Release Date: March 20, 2017
BUFFALO, N.Y. — Science Exploration Day, Western New York’s annual kid-friendly, offbeat, science-education bash designed to catch the eyes and imaginations of the most promising high school science minds in the area, returns to the University at Buffalo’s North Campus on Wednesday, March 22.
When: The first session begins at 9:15 a.m. Students then attend small hands-on sessions, a keynote presentation and take lab tours until 1:05 p.m.
What: Science Exploration Day presents numerous photo opportunities while many of the area’s best and brightest high school students watch innovative and visual science exhibits. For more information, visit: http://www.scienceexplorationday.com/.
Where: The lower level of Capen Hall (map: http://bit.ly/2mmpz2e) on UB’s North Campus is “Cool Science” central. Media looking for particular seminars and best visuals can get room locations for specific sessions and directions on-site.
Best bets: Bill Owens, senior engineering consultant for Praxair Inc., will demonstrate the effects of extremely cold temperatures on everyday items, including the customary frozen banana. His “Cold, Cold World of Cryrogenics” is the keynote address. The unapologetic “gross anatomy” class is certain to elicit reactions (“Not for the faint of heart,” the Science Exploration Day brochure warns). Other photo-worthy exhibits include projections of constellations and stars inside a portable star lab planetarium, colorful specimens from a coral reef, and a tour of UB’s earthquake simulator.
More Science Exploration Day attractions: Students can choose seminars on sexually transmitted diseases called “The Gift That Keeps Giving;” paranormal mysteries; “The WILD Side of Western New York,” a hands-on approach to learning about the creatures that surround us; “Wild Weather,” featuring views of the damage of some of the worst local storms; and “The Real Big Bang Theory,” the history and recent breakthroughs about the origin and evolution of the universe.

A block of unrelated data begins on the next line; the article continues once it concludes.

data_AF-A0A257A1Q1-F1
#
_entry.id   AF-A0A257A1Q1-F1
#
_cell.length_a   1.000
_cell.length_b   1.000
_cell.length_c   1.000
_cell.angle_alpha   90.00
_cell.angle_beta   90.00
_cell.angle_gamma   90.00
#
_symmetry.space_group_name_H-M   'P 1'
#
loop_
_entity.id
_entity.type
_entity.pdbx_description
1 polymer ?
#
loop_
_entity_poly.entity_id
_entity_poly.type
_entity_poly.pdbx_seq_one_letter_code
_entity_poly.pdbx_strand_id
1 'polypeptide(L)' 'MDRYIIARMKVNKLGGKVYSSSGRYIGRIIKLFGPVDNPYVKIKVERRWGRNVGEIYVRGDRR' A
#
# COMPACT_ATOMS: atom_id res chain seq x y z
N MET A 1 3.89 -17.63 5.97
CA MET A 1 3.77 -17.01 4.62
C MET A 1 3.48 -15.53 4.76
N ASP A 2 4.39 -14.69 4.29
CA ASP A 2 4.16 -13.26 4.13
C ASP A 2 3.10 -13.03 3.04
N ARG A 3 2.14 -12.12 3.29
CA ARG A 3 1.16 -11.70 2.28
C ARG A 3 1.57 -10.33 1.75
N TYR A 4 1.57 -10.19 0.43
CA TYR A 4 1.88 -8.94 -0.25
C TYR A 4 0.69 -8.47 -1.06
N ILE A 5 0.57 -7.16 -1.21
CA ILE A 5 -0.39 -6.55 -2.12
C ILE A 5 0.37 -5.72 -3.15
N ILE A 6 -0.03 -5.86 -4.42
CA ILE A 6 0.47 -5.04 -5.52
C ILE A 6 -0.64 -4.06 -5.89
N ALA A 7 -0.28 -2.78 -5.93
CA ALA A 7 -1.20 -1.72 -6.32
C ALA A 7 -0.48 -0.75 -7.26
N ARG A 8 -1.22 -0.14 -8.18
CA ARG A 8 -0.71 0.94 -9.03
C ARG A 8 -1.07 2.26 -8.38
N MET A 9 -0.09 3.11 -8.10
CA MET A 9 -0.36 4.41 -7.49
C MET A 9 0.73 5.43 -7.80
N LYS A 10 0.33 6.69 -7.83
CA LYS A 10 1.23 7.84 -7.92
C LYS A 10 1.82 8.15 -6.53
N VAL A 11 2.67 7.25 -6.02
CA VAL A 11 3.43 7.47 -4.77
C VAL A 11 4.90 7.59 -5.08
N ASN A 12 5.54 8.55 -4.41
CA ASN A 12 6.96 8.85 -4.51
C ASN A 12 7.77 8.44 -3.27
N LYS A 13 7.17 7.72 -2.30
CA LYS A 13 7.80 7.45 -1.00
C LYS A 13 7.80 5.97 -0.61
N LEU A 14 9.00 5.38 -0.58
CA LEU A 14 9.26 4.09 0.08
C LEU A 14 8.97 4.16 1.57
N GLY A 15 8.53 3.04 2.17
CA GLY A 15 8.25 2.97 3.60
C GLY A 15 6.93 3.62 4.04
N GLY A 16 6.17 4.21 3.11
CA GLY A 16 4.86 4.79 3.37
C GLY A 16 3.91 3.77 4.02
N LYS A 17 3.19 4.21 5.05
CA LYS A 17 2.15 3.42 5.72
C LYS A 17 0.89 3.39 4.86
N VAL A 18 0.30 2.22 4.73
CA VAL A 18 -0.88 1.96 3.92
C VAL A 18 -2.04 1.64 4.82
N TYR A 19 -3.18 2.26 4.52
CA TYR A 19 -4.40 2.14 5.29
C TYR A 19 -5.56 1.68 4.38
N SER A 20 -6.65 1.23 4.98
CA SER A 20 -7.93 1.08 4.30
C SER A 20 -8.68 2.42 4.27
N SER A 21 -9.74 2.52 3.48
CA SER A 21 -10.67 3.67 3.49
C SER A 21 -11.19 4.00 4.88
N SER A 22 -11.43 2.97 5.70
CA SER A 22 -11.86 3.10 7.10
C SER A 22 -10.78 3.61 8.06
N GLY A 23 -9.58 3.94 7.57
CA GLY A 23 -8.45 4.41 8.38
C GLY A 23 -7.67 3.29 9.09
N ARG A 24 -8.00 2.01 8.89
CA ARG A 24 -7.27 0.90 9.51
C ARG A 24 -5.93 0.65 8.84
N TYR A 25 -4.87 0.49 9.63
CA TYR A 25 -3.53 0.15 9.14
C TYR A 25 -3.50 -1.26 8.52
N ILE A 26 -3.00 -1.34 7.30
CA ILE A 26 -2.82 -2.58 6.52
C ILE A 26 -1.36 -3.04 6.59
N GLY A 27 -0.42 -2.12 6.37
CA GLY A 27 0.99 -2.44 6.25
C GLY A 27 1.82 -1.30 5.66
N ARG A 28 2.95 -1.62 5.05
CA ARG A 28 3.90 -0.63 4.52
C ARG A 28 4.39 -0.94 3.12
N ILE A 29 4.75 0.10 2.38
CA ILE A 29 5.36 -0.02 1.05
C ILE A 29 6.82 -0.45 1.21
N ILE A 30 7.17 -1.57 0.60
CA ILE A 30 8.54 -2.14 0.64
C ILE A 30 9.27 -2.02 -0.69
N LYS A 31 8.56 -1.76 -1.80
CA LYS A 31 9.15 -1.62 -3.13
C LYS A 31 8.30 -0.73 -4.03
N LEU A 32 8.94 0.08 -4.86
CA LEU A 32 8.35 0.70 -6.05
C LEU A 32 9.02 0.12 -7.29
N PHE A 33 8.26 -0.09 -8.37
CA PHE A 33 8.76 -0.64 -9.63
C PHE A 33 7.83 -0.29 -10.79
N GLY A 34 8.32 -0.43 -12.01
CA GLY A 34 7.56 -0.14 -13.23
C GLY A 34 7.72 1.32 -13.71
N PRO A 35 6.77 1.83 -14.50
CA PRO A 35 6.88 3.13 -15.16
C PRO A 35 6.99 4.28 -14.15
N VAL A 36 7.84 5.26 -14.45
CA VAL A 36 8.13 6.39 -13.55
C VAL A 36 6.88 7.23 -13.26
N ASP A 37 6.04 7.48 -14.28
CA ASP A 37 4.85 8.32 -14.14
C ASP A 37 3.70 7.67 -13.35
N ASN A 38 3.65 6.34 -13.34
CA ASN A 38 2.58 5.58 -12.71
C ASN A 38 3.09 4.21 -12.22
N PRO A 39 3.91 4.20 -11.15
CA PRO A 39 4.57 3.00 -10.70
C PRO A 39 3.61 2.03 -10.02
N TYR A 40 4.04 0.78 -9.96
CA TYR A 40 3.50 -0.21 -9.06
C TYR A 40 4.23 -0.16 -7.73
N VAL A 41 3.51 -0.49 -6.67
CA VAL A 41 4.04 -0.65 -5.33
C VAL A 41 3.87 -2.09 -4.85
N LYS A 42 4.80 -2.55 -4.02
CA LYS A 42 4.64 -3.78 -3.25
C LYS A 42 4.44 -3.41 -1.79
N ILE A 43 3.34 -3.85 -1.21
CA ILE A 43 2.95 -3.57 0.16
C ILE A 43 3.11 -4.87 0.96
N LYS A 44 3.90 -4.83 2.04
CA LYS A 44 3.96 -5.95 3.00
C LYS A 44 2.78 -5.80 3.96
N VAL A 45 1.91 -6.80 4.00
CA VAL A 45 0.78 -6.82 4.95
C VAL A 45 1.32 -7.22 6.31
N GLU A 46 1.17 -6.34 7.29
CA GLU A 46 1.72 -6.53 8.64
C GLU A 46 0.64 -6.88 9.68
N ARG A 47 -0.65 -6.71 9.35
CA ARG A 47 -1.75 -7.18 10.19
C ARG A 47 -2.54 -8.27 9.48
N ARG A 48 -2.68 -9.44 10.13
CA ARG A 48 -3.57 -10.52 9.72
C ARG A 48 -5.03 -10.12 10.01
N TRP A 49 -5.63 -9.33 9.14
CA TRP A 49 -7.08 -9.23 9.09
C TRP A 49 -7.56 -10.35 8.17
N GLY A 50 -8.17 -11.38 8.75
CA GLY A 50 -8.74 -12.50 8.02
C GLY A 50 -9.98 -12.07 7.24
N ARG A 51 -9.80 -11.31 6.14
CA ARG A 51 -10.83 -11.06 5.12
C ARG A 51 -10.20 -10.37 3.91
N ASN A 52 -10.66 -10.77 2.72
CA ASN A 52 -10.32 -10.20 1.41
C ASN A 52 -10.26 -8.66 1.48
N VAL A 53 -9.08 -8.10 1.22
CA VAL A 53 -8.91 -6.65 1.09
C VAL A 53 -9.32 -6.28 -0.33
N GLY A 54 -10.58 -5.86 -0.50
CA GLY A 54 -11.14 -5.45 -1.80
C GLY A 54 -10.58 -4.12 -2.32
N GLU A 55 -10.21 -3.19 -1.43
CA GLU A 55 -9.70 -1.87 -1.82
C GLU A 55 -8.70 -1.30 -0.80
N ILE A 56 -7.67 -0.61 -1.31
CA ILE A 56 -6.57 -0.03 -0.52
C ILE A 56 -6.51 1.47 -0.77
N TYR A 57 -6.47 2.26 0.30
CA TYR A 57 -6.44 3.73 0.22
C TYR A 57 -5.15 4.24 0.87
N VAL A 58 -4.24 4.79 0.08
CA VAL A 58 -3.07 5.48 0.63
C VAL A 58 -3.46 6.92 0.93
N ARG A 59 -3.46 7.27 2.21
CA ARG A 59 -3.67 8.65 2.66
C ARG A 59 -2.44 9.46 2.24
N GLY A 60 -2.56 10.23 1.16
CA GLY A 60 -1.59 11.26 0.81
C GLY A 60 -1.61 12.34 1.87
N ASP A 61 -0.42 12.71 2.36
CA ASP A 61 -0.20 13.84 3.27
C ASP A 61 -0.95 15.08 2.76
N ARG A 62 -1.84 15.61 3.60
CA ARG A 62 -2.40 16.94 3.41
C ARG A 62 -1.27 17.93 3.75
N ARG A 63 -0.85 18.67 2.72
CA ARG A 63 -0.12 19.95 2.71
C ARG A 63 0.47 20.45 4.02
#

Why: This is the 31st time students will travel as far as two hours each way to UB for an up-close-and-personal experience with weird and unusual science research. The event hopes to excite and inspire Western New York’s most promising science students to pursue careers in STEM (science, technology, engineering and math), and “tune them into science,” says Rodney Doran, professor emeritus in the Department of Learning and Instruction in UB’s Graduate School of Education, who has been on the organizing committee since the event began in the mid-1980s.
“The students can see and hear about what is happening at the ‘cutting edge’ of science with Western New York professionals,” Doran says.
Students will attend a large keynote presentation, one of six different large-group presentations and two small-group presentations. The students choose small-group sessions that most interest them from among 30 options.